Cook them with onions, bacon or pork fat (this is a good use for cheap fatty bacon you wouldn't want for breakfast) and brown sugar or molasses. This really turns their bitterness into loveliness.
I make them when my S.O. makes slow-cook BBQ. Also good with any spicy main dish.
Slow-slow simmer, of course! I'm a huge fan of Southern cooking, and, honestly, it's less work to slow cook. Literally leave it on the back burner and spend your time on other dishes. Besides, we're not talking chard, here. Collard greens are tough and bitter. They need time to soften properly.
Thanks for all the suggestions. I'm making a vaguely southern-themed dinner tonight, so I'm soaking some collards in the sink as we speak.
I'm going to cook them up with pancetta, red onions, brown sugar and vinegar and let them simmer for at least 90 minutes. I've never done collards before, so wish me luck.
recently i made jumbo shells stuffed with escarole, sausage and fresh ricotta:
--chop 1 large head escarole into ribbons and cook it in chicken stock; drain it
--bake 2 lbs. sausage in the oven (less mess); it was hand-made hot pork sausage from an italian butcher
--cool the sausage and crumble it in the food processor
--cook the jumbo pasta shells VERY al dente, drain and toss with oil (DO NOT RINSE)
--combine sausage, escarole and (16 oz. fresh made)ricotta in a large bowl
--also added chopped parsley, cooked chopped onion, minced fresh thyme, red pepper flakes and some grated romano cheese
--added 2 beaten raw eggs and mixed everything well
--used a big spoon to stuff the shells, which lined a well-oiled casserole dish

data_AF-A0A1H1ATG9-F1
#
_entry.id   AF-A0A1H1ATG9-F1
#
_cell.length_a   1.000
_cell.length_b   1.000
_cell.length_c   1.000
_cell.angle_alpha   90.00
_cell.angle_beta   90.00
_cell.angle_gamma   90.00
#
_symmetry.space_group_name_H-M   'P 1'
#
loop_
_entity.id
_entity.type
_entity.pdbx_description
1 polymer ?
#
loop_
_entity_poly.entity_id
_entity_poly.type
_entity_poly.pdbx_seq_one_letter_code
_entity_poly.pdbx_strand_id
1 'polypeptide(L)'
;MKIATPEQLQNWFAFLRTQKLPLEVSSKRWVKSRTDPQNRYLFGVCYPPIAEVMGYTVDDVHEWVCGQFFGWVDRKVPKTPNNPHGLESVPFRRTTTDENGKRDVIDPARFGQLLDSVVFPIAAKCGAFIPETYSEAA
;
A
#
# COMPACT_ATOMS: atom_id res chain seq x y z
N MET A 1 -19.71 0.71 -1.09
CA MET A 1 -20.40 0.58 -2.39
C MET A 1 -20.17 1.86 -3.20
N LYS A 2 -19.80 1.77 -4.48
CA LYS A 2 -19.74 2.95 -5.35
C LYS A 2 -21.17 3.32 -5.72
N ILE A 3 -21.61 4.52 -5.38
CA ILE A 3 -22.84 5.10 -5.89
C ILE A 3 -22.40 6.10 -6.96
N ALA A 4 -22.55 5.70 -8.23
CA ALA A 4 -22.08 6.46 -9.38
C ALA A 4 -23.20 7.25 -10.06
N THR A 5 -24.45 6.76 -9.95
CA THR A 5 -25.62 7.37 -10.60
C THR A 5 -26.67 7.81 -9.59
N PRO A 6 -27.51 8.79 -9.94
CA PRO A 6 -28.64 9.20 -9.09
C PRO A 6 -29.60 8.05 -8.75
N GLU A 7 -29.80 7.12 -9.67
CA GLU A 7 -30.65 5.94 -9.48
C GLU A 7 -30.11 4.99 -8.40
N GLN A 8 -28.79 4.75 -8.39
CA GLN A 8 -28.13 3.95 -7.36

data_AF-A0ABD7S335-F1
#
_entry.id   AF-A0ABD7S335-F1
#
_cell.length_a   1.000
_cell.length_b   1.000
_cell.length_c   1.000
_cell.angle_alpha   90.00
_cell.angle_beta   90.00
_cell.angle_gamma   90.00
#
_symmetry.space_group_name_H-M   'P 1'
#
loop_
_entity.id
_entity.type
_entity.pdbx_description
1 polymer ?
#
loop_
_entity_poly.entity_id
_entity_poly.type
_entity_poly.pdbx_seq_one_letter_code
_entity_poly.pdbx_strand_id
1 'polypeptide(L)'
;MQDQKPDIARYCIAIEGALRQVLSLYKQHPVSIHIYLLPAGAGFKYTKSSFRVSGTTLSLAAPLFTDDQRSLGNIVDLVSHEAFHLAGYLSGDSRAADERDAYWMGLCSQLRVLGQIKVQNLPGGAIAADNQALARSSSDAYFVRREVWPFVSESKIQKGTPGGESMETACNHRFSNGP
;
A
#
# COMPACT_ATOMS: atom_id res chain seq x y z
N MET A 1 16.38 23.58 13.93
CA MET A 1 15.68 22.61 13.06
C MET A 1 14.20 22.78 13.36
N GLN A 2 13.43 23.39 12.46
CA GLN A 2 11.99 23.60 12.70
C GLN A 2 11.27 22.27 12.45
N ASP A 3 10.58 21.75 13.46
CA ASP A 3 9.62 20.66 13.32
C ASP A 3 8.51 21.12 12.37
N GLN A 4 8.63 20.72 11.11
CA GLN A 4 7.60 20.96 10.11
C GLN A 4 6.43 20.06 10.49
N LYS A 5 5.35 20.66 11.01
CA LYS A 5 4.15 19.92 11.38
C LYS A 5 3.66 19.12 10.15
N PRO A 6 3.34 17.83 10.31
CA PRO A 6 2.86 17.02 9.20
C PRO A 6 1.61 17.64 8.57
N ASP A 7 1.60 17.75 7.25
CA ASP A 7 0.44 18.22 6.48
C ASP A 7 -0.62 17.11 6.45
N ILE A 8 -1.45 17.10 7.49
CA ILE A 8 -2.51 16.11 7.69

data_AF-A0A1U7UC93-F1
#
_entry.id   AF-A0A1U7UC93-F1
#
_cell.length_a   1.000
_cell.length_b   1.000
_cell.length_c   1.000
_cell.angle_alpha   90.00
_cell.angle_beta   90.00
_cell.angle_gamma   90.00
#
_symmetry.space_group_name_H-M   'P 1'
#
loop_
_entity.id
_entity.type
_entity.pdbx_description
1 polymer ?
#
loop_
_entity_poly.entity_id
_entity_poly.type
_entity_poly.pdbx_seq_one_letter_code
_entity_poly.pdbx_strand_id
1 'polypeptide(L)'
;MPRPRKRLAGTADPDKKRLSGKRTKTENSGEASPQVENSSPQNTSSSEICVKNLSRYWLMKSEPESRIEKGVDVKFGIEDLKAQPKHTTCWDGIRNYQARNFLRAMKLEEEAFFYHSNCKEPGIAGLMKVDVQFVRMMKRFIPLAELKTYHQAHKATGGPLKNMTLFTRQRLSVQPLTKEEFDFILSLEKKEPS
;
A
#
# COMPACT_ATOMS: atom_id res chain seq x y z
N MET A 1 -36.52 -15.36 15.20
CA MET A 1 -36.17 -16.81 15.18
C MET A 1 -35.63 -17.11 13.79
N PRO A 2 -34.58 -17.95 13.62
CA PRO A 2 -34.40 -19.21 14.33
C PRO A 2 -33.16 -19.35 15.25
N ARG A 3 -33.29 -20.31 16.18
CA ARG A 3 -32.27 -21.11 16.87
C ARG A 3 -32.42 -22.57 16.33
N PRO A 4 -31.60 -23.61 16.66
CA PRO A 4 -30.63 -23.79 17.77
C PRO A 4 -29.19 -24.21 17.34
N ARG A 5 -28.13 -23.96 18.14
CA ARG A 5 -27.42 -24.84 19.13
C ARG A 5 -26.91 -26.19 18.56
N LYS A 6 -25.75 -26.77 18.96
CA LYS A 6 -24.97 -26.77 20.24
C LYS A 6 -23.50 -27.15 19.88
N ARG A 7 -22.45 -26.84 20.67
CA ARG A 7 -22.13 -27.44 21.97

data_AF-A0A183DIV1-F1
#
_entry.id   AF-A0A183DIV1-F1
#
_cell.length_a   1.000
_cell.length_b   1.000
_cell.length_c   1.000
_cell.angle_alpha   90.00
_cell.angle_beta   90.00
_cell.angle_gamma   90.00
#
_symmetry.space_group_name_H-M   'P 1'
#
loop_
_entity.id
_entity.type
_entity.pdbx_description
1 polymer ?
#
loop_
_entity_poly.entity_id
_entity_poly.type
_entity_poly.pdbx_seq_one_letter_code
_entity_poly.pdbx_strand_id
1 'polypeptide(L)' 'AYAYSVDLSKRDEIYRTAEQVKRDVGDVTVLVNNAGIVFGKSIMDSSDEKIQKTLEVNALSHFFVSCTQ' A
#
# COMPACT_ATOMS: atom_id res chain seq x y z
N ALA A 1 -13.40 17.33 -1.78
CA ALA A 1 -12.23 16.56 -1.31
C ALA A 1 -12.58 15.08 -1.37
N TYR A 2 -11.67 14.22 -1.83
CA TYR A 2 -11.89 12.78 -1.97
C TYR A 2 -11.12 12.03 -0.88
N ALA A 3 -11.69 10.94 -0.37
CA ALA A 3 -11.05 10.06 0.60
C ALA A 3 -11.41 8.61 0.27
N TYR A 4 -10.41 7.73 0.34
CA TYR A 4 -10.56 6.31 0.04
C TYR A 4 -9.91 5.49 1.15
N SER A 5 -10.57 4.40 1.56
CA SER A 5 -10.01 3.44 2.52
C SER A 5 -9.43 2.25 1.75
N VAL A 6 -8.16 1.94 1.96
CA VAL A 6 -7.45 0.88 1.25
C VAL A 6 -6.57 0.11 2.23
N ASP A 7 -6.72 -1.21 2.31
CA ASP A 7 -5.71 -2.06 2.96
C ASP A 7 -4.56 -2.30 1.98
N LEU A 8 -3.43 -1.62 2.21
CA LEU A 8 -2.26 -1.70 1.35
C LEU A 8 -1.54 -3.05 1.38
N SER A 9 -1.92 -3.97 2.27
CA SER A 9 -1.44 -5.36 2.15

--sauce with tomato bechamel, top with smoked mozzarella and bake about 20 minutes at 400.
guests loved it.
escarole, white bean and sausage soup is great in winter.
i also really like arugula and watercress with eggs or stirred into lentils with some bacon.
these greens are also really nice stirred into warm cheesy rice.
basically, anyplace you'd use spinach, try a bitter green.
my favorite use for broccoli rabe is with orecchiette and sausage, recipe loosely adapted from Lidia Bastianich. I don't like dried orecchiette and make it fresh by hand (2 cups semolina flour, 2 tbsp olive oil, enough water for form a dough that holds together, knead till smooth--like your earlobe--then roll into 3/4"-thick snakes, cut in 3/4" increments, and shape by pressing your thumb firmly into dough, wrapping edges of dough around thumb, then inverting onto opposing index finger; toss completed orecchiette with more flour), I brown some broken-up Italian sausage, add chopped broccoli rabe, and add chicken stock and simmer till everything is well cooked; separately boil the orecchiette in salted water till almost al dente, drain and toss into the meat-greens mixture and cook 1-2 minutes to absorb some stock, then finish with grated pecorino romano, salt, pepper.
re: Yaqo Homo
I do something similar but often add beans (romano). If I am not taking the time to brown meat / simmer sauce, just a quick olive oil/garlic thing, maybe with some prosciutto, I might add the rapini to the pasta water in the last few minutes of cooking. The main advantage here is speed.
re: Yaqo Homo